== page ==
Australia’s drinking tastes are changing. Gone are the days of a slab of beer and a goon bag – today’s consumers are demanding premium products and an experience to match.

Despite the decrease in the quantity of alcohol being consumed, the industry is worth $11 billion in revenue annually and growing – enough to push any amateur brewer, winemaker or distiller to take their hobby to the big time.

Alcohol is the topic of the second podcast episode in our mini-series on “Innovating Vices”. We’ve been looking at traditionally stigmatised and heavily regulated industries to find out how entrepreneurs challenge the status quo. John Hyslop (founder of Deviant Distillery), Mike Clarke (founder of Sauce Brewing Co) and Sarah Lyons (co-owner of Sparkke Change Beverage Company) have faced a cocktail of challenges. Here are a few “neat” tips they shared.

Breaking with tradition will always be hard

John Hyslop is shaking things up in the whiskey scene.

“We make a product that’s identical to whiskey in every way,” John explains, “but we don’t use barrels, which is the traditional way of aging. Because of the way we age it, we don’t meet the legal definition of whiskey.”

Usually, whiskey is distilled from fermented grain and aged in wooden barrels, with 30-50% of the product lost due to evaporation. John put his background in industrial chemistry to good use and redesigned the system to cut down the time it takes to make  whiskey, and reduce the amount of alcohol lost to evaporation.

Where other companies spend two to 20 years producing one batch of whiskey, Deviant’s technology can produce an ultra premium spirit in just 10 weeks.

John is confident that those in the industry who aren’t on board with it will come to realise that Deviant is targeting a different market segment than the more traditional brands.

By pairing modern, Instagram-worthy marketing, state of the art technology and the ability to tweak a product in ten weeks rather than ten years, Deviant is giving conventional whiskey producers a run for their money. 

Fixing more than a drink

Passion and perseverance are traits that Mike Clarke, founder of Sauce Brewing Co, relies on to keep his head in the brewery game, because in a heavily regulated industry like alcohol, there are always hoops to jump through.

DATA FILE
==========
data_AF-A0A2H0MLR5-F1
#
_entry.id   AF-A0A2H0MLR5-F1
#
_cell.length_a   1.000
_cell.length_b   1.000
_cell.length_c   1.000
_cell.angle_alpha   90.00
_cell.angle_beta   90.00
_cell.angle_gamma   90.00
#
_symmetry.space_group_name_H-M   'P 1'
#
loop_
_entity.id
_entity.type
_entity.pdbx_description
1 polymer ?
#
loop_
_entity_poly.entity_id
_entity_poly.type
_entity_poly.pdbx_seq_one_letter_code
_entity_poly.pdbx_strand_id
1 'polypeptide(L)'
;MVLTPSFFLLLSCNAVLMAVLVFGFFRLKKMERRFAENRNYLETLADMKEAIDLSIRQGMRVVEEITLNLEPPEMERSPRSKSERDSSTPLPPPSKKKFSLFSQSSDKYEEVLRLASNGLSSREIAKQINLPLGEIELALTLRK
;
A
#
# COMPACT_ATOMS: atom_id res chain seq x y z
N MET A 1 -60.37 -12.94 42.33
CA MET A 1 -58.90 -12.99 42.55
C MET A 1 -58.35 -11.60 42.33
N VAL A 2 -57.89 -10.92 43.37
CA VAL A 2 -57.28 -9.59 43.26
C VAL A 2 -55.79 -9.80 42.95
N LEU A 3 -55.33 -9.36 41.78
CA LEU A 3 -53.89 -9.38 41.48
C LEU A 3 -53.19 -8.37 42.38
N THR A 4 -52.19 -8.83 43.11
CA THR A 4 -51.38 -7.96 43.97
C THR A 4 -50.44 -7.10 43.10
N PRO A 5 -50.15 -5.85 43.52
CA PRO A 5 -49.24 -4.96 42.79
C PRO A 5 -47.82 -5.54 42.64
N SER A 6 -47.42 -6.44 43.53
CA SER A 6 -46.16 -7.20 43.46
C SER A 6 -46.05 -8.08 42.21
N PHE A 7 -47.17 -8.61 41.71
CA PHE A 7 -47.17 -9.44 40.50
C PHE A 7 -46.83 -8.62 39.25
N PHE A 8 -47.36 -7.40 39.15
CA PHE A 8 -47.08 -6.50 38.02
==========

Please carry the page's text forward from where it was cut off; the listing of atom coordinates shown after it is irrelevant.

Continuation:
Producers Ellen Leabeater and Jocelyn Floro chat with Mike Clarke from Sauce Brewing Co. Image: Rix Lee.

Mike did the legwork and was eventually granted a liquor license for Sauce’s tap room with a capacity for 200 people. Next minute, a local business objected the already granted license, requesting the capacity be reduced significantly.

Sauce joined up with a handful of other members to form the Inner West Brewers Associations “to lobby council and work with council to solidifying better conditions in the local council planning regulations for micro breweries,” explains Mike. the group’s goal is to “work with council on solidifying some certainty into local planning legislation.”

Collaboration like this isn’t a trait found in many industries, but sometimes alcohol can tease it out.

For example, when Mike was researching, experimenting and brewing up flavour combinations for Sauce’s products, he needed people to help out. “There are always people willing to help taste test beer,” Mike tells us.

But when considering licensing or taste tests, you need to keep an eye on the budget.

“The golden rule when opening a brewery: work out your budget and then double it. You might come close – because there will always be something you weren’t expecting,” Mike advises.

Sometimes the mixer just ain’t right

Knowing that a refreshing bevvy can spark both casual and controversial conversations, Sparkke Change Beverage Company decided to create a product that could be a platform for initiating an open dialogue. Oh, and make delicious award-winning drinks to boot.

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Co-owner Sarah Lions explains that Sparkke’s stylish cans aren’t just all talk. “Each can has a different message on it in order to spark conversation around, different social issues or areas that need to be talked about and things that potentially might need to be changed.”

In addition to inviting buyers to discuss current social issues with their friends, family and Tinder dates, 10% of direct sales and 4% of channel sales also go to their cause partner organisations.

While non profit organisations are usually grateful for donations, it’s understandable why some may hesitate to accept proceeds from an alcohol company.

“There are definitely [groups] that don’t feel like it’s appropriate to take money from an alcohol company. Which, that’s the brand’s positioning and that’s totally fine. They need to stick to what they think is best for themselves.”  

Despite some setbacks, Sparkke have had much success in the industry. Their “Consent Can’t Come After You Do” apple cider recently won Australia’s Best Medium Cider at the Australian Cider Awards – and the company have only just turned one.

Whether it’s business partnerships, industry competition or local legislation, startups will continue to face unanticipated challenges. Sometimes it’s best to sit back – maybe pour yourself a glass – and remind open minded.

By Melinda Bruning, UTS Master of Digital Information Management.

The Hatch podcast has launched a new mini-series on “Innovating Vices.” ‘Alcohol’ is out now — listen online, subscribe on Apple Podcasts or on your favourite podcast app.

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